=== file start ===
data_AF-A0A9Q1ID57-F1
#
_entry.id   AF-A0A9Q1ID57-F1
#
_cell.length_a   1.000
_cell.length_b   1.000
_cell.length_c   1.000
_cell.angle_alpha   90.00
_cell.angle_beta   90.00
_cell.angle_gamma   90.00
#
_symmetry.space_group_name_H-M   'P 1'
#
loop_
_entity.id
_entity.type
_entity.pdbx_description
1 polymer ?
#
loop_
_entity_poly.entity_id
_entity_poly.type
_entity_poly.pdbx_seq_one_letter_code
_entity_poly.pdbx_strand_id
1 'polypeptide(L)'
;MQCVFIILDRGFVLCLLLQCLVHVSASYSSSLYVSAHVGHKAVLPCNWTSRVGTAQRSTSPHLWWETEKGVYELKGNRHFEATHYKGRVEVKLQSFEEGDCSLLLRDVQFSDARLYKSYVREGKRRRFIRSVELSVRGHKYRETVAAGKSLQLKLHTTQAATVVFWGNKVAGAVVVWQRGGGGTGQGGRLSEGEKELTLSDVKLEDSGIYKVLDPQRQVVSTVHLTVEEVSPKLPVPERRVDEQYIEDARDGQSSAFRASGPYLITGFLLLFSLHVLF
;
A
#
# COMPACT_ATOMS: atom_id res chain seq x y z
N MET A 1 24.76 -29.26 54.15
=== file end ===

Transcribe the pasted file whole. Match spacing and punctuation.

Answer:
data_AF-A0A9Q1ID57-F1
#
_entry.id   AF-A0A9Q1ID57-F1
#
_cell.length_a   1.000
_cell.length_b   1.000
_cell.length_c   1.000
_cell.angle_alpha   90.00
_cell.angle_beta   90.00
_cell.angle_gamma   90.00
#
_symmetry.space_group_name_H-M   'P 1'
#
loop_
_entity.id
_entity.type
_entity.pdbx_description
1 polymer ?
#
loop_
_entity_poly.entity_id
_entity_poly.type
_entity_poly.pdbx_seq_one_letter_code
_entity_poly.pdbx_strand_id
1 'polypeptide(L)'
;MQCVFIILDRGFVLCLLLQCLVHVSASYSSSLYVSAHVGHKAVLPCNWTSRVGTAQRSTSPHLWWETEKGVYELKGNRHFEATHYKGRVEVKLQSFEEGDCSLLLRDVQFSDARLYKSYVREGKRRRFIRSVELSVRGHKYRETVAAGKSLQLKLHTTQAATVVFWGNKVAGAVVVWQRGGGGTGQGGRLSEGEKELTLSDVKLEDSGIYKVLDPQRQVVSTVHLTVEEVSPKLPVPERRVDEQYIEDARDGQSSAFRASGPYLITGFLLLFSLHVLF
;
A
#
# COMPACT_ATOMS: atom_id res chain seq x y z
N MET A 1 24.76 -29.26 54.15